Thought You'd Never Ask

Just mouthing off -- because I can.

Friday, October 15, 2010

15 Books in 15 Minutes (I cheated)

There's been a blogger/Facebook meme going around about making a list of 15 books in 15 minutes--books you've read that have "stuck with" you over your life. Here's my list, in the order in which they occurred to me. The top four are on my all-time list of hands-down most "sticky," influential books in my own life:

1. Little Women by Louisa May Alcott

2. Gone With the Wind by Margaret Mitchell

3/4. Atlas Shrugged and We the Living by Ayn Rand (also her other novels and writings)

5. My Brother's Keeper by Marcia Davenport (also her other novels, her biography of Mozart, and her autobiography)

6/7. 1776 and John Adams by David McCullough

8. We Were the Mulvaneys by Joyce Carol Oates

9/12. Hamlet, Romeo and Juliet, Othello, King Lear by William Shakespeare (and his other work)

13/15. From Bauhaus to Our House, The Painted Word, and Bonfire of the Vanities by Tom Wolfe (and his other work)

16/17. Tom Sawyer and Huckleberry Finn by Mark Twain (and his other work)

18. Blue Highways by William Least Heat Moon (I liked him better than Jack Kerouac)

19. Player Piano and The Sirens of Titan by Kurt Vonnegut (I'm dating myself here)

20. Theodore Rex by Edmund Morris

21. Our Town by Thornton Wilder

22. Ethnic America, a History by Thomas Sowell (also his other books and autobiography)

23. I Passed as a Teenager by Lyn Tornabene

24. Albion's Seed: Four British Folkways in America by David Hackett Fischer

25. Queen Victoria by Lytton Strachey

26. The Agony and the Ecstasy by Irving Stone

27. The Autobiography of Benjamin Franklin


Quite a jumble. This exercise brings to mind very pleasant memories of years of reading binges in my long-distant past, including also the novels of F. Scott Fitzgerald, Ernest Hemingway, Ray Bradbury, Jane Austen, Charles Dickens, James Michener, J.D. Salinger, John Steinbeck, Thomas Hardy, D.H. Lawrence, James Joyce, Theodore Dreiser, Henry James, Homer (in the Fitzgerald translation) and Dr. Seuss. In fact, there have been so many favorite authors and favorite books in my long life that I am sure I have now forgotten the bulk of the individual titles. This exercise is just a poor, momentary effort made to beat the clock. But on reflection: what a fantastic heritage I've been able to enjoy!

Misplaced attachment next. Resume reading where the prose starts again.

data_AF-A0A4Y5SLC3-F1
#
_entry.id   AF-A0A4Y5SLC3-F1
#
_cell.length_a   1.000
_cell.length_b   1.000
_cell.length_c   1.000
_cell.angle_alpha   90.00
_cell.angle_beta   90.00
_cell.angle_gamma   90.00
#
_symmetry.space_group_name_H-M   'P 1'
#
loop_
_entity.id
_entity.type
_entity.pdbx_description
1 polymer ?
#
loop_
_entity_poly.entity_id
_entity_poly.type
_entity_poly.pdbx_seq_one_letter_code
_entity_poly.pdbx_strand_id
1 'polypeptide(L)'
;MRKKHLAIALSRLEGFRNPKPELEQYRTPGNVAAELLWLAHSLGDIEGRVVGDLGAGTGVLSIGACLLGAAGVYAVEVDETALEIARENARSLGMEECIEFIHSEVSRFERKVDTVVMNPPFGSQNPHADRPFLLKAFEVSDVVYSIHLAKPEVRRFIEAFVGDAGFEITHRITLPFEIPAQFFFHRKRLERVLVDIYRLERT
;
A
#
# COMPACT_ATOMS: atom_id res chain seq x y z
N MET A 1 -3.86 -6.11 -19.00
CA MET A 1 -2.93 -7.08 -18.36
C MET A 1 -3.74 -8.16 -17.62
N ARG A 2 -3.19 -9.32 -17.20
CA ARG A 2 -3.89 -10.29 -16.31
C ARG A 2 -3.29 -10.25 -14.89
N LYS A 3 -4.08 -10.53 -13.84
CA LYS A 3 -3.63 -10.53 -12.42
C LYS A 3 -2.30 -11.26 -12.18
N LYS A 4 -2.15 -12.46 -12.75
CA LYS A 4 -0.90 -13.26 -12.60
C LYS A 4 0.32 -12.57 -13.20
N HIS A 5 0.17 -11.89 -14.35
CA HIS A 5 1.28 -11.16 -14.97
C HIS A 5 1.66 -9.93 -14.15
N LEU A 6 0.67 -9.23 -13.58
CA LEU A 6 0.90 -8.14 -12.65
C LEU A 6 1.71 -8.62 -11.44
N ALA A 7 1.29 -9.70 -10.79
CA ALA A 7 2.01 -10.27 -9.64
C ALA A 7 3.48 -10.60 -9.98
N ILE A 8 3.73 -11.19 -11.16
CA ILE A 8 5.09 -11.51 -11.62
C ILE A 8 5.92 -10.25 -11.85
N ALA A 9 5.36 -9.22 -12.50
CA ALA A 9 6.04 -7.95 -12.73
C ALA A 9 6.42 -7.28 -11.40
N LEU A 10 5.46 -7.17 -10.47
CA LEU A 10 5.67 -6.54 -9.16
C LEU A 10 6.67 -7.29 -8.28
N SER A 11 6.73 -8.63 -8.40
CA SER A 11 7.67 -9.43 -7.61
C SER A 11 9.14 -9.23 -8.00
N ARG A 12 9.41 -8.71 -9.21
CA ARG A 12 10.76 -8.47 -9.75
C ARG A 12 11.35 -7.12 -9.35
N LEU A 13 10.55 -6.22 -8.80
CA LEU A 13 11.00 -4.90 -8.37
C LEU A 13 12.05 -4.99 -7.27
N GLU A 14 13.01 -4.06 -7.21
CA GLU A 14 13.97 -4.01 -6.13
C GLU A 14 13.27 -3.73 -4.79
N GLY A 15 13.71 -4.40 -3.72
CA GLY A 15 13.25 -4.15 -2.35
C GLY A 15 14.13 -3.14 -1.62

(The links to books above are informational only, not an endorsement of specific individual purchases at Amazon.com--although I am very keen on Amazon as a satisfied customer of several years. I have received no subsidies from anyone to say this and in fact receive no subsidies whatsoever as a blogger, not counting my husband's paying the electricity and computer bills.)

Next: 15 Films in 15 Minutes


UPDATE: I keep wondering if schools still turn out "English majors" (do they even call them that anymore?) who read works by "dead white men" as I did--or am I a dying breed? (I am sure that somewhere the ghost of a 19th-century scholar is lamenting that I didn't read enough Virgil and Cicero in the original Latin.) I just hope the California taxpayers who paid my way to college in the 1970s feel that they got their money's worth. And what, if anything, do I owe them in return?



Labels:

0 Comments:

Post a Comment

Links to this post:

Create a Link

<< Home